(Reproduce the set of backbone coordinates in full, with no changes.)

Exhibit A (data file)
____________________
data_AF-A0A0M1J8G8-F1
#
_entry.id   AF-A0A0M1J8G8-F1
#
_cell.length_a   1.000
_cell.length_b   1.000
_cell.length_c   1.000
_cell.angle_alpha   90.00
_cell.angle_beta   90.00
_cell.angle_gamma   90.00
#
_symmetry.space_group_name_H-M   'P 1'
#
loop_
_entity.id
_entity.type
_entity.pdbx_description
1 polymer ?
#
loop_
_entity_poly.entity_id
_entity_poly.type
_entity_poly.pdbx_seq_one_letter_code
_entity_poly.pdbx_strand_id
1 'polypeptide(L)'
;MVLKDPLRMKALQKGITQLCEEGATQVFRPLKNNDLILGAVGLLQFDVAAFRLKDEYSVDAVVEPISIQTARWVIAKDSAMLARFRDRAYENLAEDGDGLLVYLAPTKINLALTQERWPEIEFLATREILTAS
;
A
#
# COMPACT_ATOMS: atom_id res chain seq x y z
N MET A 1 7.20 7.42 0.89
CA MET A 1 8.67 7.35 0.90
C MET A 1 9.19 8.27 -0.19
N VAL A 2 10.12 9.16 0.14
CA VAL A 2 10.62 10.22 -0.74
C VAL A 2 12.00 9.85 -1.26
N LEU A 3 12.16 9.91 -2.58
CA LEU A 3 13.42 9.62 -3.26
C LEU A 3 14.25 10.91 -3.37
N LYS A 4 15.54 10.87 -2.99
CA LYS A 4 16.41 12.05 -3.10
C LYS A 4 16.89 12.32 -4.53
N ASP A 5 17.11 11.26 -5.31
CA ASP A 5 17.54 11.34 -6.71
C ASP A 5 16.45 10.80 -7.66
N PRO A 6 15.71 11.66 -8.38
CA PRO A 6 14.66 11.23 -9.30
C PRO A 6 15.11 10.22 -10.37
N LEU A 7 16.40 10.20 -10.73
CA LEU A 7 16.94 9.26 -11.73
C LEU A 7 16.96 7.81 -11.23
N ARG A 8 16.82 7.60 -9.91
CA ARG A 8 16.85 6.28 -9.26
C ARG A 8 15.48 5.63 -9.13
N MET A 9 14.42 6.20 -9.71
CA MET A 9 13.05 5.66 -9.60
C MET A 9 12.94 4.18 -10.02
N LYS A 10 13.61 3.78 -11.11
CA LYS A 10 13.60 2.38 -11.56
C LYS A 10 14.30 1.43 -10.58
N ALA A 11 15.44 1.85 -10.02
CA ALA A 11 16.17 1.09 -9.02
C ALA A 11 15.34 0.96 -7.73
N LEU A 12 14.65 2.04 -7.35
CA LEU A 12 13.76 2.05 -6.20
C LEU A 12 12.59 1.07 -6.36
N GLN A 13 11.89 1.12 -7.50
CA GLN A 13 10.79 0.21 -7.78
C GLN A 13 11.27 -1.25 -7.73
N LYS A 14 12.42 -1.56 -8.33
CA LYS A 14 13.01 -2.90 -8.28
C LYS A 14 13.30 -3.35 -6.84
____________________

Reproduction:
data_AF-A0A0M1J8G8-F1
#
_entry.id   AF-A0A0M1J8G8-F1
#
_cell.length_a   1.000
_cell.length_b   1.000
_cell.length_c   1.000
_cell.angle_alpha   90.00
_cell.angle_beta   90.00
_cell.angle_gamma   90.00
#
_symmetry.space_group_name_H-M   'P 1'
#
loop_
_entity.id
_entity.type
_entity.pdbx_description
1 polymer ?
#
loop_
_entity_poly.entity_id
_entity_poly.type
_entity_poly.pdbx_seq_one_letter_code
_entity_poly.pdbx_strand_id
1 'polypeptide(L)'
;MVLKDPLRMKALQKGITQLCEEGATQVFRPLKNNDLILGAVGLLQFDVAAFRLKDEYSVDAVVEPISIQTARWVIAKDSAMLARFRDRAYENLAEDGDGLLVYLAPTKINLALTQERWPEIEFLATREILTAS
;
A
#
# COMPACT_ATOMS: atom_id res chain seq x y z
N MET A 1 7.20 7.42 0.89
CA MET A 1 8.67 7.35 0.90
C MET A 1 9.19 8.27 -0.19
N VAL A 2 10.12 9.16 0.14
CA VAL A 2 10.62 10.22 -0.74
C VAL A 2 12.00 9.85 -1.26
N LEU A 3 12.16 9.91 -2.58
CA LEU A 3 13.42 9.62 -3.26
C LEU A 3 14.25 10.91 -3.37
N LYS A 4 15.54 10.87 -2.99
CA LYS A 4 16.41 12.05 -3.10
C LYS A 4 16.89 12.32 -4.53
N ASP A 5 17.11 11.26 -5.31
CA ASP A 5 17.54 11.34 -6.71
C ASP A 5 16.45 10.80 -7.66
N PRO A 6 15.71 11.66 -8.38
CA PRO A 6 14.66 11.23 -9.30
C PRO A 6 15.11 10.22 -10.37
N LEU A 7 16.40 10.20 -10.73
CA LEU A 7 16.94 9.26 -11.73
C LEU A 7 16.96 7.81 -11.23
N ARG A 8 16.82 7.60 -9.91
CA ARG A 8 16.85 6.28 -9.26
C ARG A 8 15.48 5.63 -9.13
N MET A 9 14.42 6.20 -9.71
CA MET A 9 13.05 5.66 -9.60
C MET A 9 12.94 4.18 -10.02
N LYS A 10 13.61 3.78 -11.11
CA LYS A 10 13.60 2.38 -11.56
C LYS A 10 14.30 1.43 -10.58
N ALA A 11 15.44 1.85 -10.02
CA ALA A 11 16.17 1.09 -9.02
C ALA A 11 15.34 0.96 -7.73
N LEU A 12 14.65 2.04 -7.35
CA LEU A 12 13.76 2.05 -6.20
C LEU A 12 12.59 1.07 -6.36
N GLN A 13 11.89 1.12 -7.50
CA GLN A 13 10.79 0.21 -7.78
C GLN A 13 11.27 -1.25 -7.73
N LYS A 14 12.42 -1.56 -8.33
CA LYS A 14 13.01 -2.90 -8.28
C LYS A 14 13.30 -3.35 -6.84